1.88 The effect of the 'limited recourse debt test' (in combination with the level of expected financial benefits test) is that for the duration of the arrangement the taxpayer must hold some equity or investment effectively at risk in an asset to be treated as having the predominant economic interest in the asset. This is appropriate because, if an arrangement is outside the scope of Division 250, the taxpayer is entitled to capital allowance deductions in respect of assets used under the arrangement.

The 'right to acquire asset test'

1.89 Under the 'right to acquire asset test' the taxpayer lacks a predominant economic interest in an asset at a particular time if the asset is to be transferred to a member of the tax preferred sector after the end of the arrangement period and the consideration for the transfer is not fixed as the market value of the asset at the time of the transfer. [Schedule 1, item 1, subsection 250-120(1)]

1.90 In addition, the taxpayer lacks a predominant economic interest in an asset at a particular time under this test if:

·
a member of the tax preferred end user group has, or will have:

-
a right or an obligation to purchase or acquire the asset or a legal or equitable interest in the asset; or
-
a right to require the transfer of the asset or a legal or equitable interest in the asset; and

·
the consideration for the purchase, acquisition or transfer of the asset is not fixed as the market value of the asset at the time of purchase, acquisition or transfer.

[Schedule 1, item 1, subsection 250-120(2)]

1.91 The 'right to acquire an asset test' does not apply to an asset just because a taxable entity's interest in the asset is one that ceases to exist after the passing of a particular period of time. [Schedule 1, item 1, subsection 250-120(2) ]

Example 1.13 Nu Co, from Example 1.10, builds the hospital on leased crown land. The interest in the land will revert to the state government at the end of the lease for no consideration if it is not renewed during the lease period. Accordingly, the right to acquire the asset test will not apply to the arrangement.

1.92 The 'right to acquire asset test' is relevant in determining whether the taxpayer has the predominant economic interest in an asset because the right or obligation of the tax preferred end user to acquire the asset during or at the end of the arrangement indicates that the arrangement is a financing arrangement as the tax preferred end user effectively has the risks and benefits of ownership of the asset.

The 'effectively non-cancellable, long term arrangement test'

1.93 Under the 'effectively non-cancellable, long term arrangement test' the taxpayer lacks a predominant economic interest in an asset at a particular time if:

·
any arrangement that relates to the tax preferred use of the asset, or that relates to the financial benefits to be provided by the members of the tax preferred sector in relation to the tax preferred use of the asset, is effectively non-cancellable; and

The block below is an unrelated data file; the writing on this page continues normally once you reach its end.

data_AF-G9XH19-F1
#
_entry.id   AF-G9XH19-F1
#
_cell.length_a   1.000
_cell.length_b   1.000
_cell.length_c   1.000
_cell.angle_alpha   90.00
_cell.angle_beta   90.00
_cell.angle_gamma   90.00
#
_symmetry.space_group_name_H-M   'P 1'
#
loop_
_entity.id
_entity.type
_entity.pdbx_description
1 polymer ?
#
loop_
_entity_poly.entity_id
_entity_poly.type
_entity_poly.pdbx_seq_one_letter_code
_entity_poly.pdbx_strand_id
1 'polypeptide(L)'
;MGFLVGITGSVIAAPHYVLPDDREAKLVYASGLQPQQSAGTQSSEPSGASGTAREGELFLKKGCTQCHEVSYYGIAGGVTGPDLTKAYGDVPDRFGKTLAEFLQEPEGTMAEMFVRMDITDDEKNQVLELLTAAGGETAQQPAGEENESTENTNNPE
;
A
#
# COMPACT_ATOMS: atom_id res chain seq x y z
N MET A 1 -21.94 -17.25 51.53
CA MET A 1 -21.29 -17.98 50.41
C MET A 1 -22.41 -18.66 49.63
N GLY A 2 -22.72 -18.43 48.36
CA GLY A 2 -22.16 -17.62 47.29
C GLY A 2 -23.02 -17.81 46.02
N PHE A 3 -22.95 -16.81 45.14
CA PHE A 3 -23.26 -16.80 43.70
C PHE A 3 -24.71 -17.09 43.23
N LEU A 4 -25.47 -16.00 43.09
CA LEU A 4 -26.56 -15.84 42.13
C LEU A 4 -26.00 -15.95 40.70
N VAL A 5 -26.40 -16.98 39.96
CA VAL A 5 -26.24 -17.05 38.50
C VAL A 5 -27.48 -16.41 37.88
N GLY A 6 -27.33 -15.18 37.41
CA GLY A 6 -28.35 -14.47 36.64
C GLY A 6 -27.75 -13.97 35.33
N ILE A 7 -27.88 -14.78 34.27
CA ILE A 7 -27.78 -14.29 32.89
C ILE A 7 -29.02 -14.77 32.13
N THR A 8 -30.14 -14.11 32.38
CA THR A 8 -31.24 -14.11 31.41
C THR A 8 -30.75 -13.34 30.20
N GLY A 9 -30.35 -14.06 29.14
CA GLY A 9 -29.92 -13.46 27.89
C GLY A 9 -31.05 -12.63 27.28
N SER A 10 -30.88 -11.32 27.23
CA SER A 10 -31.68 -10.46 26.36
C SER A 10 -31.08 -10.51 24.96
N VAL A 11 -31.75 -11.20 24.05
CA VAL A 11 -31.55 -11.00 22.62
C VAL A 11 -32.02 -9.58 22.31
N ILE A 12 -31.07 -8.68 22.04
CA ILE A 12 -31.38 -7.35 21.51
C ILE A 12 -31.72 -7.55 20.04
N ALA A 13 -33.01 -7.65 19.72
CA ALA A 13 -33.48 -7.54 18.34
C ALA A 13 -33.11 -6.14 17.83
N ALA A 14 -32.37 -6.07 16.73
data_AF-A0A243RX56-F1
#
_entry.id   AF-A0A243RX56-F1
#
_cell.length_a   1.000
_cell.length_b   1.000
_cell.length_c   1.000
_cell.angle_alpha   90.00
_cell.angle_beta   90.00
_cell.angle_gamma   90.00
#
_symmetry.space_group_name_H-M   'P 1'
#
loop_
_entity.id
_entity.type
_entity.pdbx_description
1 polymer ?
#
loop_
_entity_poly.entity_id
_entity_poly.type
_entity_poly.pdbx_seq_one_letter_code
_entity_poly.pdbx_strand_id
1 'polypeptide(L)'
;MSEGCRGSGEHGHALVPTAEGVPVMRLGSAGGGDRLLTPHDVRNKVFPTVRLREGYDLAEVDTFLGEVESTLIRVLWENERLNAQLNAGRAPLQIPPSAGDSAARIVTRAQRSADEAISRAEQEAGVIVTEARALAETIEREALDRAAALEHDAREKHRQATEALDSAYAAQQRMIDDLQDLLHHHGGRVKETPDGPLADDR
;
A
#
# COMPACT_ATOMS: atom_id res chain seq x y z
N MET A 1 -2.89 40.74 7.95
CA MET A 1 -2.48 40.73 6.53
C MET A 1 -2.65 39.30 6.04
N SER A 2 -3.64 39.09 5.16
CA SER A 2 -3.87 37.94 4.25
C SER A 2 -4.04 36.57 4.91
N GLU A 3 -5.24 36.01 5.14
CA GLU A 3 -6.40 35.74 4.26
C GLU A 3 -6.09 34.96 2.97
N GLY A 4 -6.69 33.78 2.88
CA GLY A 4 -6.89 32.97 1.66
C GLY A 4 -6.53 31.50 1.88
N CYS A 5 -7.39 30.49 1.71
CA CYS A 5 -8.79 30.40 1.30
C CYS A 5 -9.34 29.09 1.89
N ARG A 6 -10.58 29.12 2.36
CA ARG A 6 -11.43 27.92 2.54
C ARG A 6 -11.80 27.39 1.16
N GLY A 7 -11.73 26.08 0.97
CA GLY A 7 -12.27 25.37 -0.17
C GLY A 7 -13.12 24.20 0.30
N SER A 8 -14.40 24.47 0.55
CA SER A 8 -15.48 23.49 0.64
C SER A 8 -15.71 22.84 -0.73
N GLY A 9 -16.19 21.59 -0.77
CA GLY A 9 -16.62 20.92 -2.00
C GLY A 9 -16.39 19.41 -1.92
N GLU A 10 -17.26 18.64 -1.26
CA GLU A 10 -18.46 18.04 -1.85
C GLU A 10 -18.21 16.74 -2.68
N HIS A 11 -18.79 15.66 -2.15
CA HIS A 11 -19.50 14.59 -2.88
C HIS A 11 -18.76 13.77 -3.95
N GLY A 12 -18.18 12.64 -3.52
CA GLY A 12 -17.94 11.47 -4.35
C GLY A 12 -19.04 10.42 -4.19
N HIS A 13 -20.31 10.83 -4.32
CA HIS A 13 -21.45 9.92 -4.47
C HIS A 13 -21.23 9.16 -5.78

·
the arrangement period for the tax preferred use of the asset is:

-
greater than 30 years; or
-
if the arrangement period is less than or equal to 30 years - 75 per cent or more of that part of the asset's effective life that remains when the tax preferred use starts (disregarding any statutory caps specified in section 40-102).

[Schedule 1, item 1, section 250-125]

1.94 An arrangement in relation to the tax preferred use of an asset is effectively non-cancellable if:

·
the arrangement can be cancelled only with the permission of the taxpayer, a connected entity of the taxpayer, or an agent of or an entity acting on behalf of a taxpayer or a connected entity; or
·
if the arrangement can be cancelled without such permission (including default), a member of the tax preferred sector would be required to enter into a replacement arrangement or incur a penalty of such magnitude that it would discourage cancellation (such as a payment equivalent to the unrecouped investment in the asset).

[Schedule 1, items 1 and 5, section 250-130 and the definition of 'effectively non-cancellable' in subsection 995-1(1) of the ITAA 1997]

1.95 The 'effectively non-cancellable long term arrangement test' is relevant in determining whether the taxpayer has the predominant economic interest in an asset because it discourages the tax preferred end user from cancelling the arrangement. This generally means that the end user has to make payments in relation to the asset for a period that is unrelated to the effective use of the asset. The payments are therefore likely to cover all or a substantial proportion of the unrecouped cost of the asset. Consequently, all or a substantial proportion of the risks and benefits of ownership of the asset are borne by the tax preferred end user rather than the taxable entity.

Example 1.14 Under the arrangement between Nu Co and the state government to build and operate a hospital, the state government is able to cancel the arrangement if Nu Co fails to achieve specified service standards. If the state government cancels the arrangement in these circumstances, it is not required to pay any financial benefits on cancellation (other than any unpaid amounts for services provided).The arrangement between Nu Co and the state government will not satisfy the 'effectively non-cancellable long term arrangement test' because:

·
Nu Co's permission is not required to cancel the contract; and
·